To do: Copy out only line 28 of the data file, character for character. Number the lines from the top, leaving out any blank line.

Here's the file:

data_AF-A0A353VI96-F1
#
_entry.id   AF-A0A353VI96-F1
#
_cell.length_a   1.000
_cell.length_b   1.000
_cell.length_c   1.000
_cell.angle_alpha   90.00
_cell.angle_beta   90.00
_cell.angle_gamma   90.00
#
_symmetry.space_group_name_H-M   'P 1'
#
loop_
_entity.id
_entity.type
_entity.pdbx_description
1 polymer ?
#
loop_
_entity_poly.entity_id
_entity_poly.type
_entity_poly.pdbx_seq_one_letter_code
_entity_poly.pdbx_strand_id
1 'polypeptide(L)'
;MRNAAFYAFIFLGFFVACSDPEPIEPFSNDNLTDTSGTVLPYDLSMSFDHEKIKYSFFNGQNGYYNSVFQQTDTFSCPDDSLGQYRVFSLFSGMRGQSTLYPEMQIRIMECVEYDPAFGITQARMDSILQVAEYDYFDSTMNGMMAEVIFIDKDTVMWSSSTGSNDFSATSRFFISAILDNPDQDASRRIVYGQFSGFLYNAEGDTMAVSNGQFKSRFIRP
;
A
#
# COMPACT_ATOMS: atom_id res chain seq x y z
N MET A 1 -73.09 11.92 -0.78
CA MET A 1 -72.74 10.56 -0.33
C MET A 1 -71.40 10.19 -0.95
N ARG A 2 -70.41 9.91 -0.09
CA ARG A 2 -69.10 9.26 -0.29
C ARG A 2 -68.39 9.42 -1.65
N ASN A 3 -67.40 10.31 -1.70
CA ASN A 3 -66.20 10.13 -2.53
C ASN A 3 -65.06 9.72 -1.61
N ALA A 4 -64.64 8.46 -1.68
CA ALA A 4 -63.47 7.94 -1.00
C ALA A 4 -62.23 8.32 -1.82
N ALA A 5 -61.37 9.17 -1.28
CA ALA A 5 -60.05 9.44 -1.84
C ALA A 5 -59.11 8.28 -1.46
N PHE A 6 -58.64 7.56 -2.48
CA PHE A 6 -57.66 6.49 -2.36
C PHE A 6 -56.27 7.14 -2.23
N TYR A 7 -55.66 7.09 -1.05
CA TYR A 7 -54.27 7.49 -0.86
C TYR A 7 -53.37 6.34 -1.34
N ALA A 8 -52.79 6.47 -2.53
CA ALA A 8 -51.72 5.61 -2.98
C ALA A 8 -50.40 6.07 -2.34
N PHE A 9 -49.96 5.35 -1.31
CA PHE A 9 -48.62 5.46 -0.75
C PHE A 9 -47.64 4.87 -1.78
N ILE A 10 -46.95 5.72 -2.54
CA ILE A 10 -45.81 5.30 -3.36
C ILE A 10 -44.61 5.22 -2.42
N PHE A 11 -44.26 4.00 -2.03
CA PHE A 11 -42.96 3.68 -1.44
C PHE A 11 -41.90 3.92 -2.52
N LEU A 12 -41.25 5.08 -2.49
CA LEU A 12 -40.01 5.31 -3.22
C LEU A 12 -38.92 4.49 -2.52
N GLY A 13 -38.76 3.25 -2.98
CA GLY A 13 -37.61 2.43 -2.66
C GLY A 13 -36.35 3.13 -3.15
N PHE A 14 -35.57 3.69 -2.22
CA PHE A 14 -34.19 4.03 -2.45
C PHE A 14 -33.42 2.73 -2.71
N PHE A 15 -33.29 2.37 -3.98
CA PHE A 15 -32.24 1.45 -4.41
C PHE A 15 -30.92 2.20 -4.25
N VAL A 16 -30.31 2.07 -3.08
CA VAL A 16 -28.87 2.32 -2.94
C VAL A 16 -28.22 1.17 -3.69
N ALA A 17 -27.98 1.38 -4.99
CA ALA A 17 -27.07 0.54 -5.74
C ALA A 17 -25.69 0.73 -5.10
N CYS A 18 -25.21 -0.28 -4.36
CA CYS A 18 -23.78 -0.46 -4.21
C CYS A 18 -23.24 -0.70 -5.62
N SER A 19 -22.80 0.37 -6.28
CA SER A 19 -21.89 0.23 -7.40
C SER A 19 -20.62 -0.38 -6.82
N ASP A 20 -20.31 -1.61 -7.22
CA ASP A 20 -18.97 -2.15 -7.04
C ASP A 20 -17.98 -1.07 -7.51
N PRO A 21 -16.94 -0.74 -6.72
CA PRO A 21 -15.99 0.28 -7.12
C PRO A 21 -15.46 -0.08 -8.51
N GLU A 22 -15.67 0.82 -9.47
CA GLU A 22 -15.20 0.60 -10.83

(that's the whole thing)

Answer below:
A